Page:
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How to Lower Diastolic Blood Pressure?

How to Lower Diastolic Blood Pressure? - Blood Pressure Gauge With Healthy Food on a Heart Shape Food Container.

High diastolic blood pressure can pose significant health risks, impacting your cardiovascular system and overall well-being. Understanding the importance of diastolic blood pressure and taking proactive measures is crucial for a healthier life.

What is Diastolic Blood Pressure?

Diastolic blood pressure is the second number in a blood pressure reading, denoted by the bottom or lower value. It represents the pressure in the arteries when the heart is in its resting phase between beats. The normal range for diastolic blood pressure typically falls below 80 mm Hg. Deviations from this range may indicate potential health concerns.

What Causes High Diastolic Blood Pressure?

1. Cardiovascular Diseases

Elevated diastolic blood pressure is often linked to an increased risk of cardiovascular diseases. When the heart is at rest between beats, higher diastolic pressure indicates that the arteries may be facing resistance, straining the cardiovascular system.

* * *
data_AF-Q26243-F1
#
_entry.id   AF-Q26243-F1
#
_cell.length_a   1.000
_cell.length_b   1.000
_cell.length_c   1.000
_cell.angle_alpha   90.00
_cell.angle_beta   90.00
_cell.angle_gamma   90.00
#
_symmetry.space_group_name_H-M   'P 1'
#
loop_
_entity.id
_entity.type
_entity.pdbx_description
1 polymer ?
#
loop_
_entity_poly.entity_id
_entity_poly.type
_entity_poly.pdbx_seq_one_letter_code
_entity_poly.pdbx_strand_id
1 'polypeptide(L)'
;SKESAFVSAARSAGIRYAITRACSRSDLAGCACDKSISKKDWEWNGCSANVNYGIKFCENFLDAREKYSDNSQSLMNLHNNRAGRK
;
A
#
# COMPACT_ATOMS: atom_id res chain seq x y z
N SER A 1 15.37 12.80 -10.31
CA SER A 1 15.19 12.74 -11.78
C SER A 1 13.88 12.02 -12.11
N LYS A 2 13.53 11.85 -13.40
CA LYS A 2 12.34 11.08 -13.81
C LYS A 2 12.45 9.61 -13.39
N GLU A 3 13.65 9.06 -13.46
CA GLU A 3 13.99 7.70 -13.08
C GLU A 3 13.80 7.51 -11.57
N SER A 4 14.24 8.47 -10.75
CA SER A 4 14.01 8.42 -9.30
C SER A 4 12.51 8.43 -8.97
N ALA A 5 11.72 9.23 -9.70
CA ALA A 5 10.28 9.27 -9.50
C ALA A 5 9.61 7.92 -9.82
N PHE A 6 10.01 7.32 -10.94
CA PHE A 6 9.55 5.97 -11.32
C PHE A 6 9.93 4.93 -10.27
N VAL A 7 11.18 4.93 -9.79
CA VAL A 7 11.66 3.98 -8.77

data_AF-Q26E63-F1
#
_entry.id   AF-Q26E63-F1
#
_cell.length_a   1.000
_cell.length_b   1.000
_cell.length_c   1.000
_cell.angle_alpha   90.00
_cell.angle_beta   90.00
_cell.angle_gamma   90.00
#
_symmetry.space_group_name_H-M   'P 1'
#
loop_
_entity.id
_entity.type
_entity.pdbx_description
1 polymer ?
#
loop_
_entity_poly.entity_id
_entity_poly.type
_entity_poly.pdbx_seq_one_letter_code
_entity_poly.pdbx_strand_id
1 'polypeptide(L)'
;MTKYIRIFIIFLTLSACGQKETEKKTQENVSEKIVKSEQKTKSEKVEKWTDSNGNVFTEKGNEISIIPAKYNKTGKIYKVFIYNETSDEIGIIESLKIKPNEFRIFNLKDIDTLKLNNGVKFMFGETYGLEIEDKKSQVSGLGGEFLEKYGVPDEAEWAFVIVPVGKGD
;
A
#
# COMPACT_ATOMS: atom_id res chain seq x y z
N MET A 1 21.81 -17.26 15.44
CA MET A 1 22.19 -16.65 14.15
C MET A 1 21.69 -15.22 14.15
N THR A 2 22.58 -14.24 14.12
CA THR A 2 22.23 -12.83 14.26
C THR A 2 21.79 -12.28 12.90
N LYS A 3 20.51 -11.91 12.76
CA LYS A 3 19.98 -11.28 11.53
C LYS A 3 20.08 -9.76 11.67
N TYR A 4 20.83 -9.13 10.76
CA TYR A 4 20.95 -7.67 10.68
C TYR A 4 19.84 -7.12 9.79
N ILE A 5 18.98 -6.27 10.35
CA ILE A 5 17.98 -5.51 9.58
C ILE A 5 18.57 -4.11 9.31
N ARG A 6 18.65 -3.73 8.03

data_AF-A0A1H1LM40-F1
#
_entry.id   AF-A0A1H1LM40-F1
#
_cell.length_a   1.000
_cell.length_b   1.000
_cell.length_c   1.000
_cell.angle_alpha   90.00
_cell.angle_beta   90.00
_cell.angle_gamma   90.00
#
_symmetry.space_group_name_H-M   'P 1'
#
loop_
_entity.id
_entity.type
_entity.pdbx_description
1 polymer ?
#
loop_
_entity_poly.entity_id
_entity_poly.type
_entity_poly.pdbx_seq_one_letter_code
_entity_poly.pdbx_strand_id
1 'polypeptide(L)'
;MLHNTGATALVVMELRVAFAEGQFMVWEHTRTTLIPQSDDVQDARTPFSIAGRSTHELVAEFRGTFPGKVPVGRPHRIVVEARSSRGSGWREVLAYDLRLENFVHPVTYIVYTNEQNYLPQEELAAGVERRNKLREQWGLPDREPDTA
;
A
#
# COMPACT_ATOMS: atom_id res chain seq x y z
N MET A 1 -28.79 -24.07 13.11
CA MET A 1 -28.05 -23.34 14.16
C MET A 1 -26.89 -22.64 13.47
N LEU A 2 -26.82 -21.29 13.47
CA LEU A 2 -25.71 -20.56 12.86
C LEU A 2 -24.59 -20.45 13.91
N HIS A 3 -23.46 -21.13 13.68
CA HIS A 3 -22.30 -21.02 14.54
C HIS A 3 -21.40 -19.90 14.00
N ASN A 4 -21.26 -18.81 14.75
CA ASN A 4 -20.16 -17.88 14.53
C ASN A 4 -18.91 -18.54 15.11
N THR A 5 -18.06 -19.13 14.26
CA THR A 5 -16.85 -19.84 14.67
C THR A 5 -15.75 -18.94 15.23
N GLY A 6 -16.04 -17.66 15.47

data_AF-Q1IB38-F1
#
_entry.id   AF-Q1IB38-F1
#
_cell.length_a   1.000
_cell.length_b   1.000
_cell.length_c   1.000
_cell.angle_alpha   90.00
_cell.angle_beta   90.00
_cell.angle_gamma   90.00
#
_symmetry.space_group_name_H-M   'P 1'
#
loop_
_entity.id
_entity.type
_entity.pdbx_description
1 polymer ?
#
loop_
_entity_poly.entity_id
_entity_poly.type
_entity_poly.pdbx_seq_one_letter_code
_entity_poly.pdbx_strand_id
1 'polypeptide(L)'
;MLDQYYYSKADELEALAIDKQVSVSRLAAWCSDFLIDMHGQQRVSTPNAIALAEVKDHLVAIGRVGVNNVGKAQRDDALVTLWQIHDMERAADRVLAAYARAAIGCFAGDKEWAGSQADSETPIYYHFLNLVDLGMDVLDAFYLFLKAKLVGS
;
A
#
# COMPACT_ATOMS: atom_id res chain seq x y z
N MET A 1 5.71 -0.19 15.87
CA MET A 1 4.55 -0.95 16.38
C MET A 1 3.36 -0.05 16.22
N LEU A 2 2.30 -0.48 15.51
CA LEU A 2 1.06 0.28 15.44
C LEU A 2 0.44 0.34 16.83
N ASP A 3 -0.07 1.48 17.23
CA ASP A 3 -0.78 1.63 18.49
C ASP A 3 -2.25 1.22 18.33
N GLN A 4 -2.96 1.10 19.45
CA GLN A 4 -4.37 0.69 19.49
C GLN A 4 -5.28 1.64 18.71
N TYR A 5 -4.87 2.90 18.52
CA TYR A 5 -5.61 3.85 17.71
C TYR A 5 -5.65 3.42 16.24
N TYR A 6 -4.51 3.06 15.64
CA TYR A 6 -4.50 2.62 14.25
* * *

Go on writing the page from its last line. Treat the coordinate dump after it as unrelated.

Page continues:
2. Kidney Damage

The kidneys play a crucial role in regulating blood pressure. High diastolic pressure can exert undue stress on these organs, potentially leading to kidney damage over time. The intricate balance maintained by the kidneys in fluid and electrolyte regulation is disrupted when diastolic pressure is consistently elevated.

3. Lifestyle Factors

Unhealthy lifestyle choices significantly contribute to high diastolic blood pressure. These factors include:

Poor Diet

Diets high in sodium and low in potassium can contribute to elevated blood pressure. Excessive sodium intake leads to water retention, increasing the overall volume of blood in the arteries.

Lack of Physical Activity

Sedentary lifestyles contribute to obesity and cardiovascular issues. Regular exercise is essential for maintaining healthy blood pressure levels, including diastolic pressure.

Chronic Stress

The body's stress response can temporarily raise blood pressure. Prolonged exposure to stress without effective management can lead to persistent high diastolic pressure.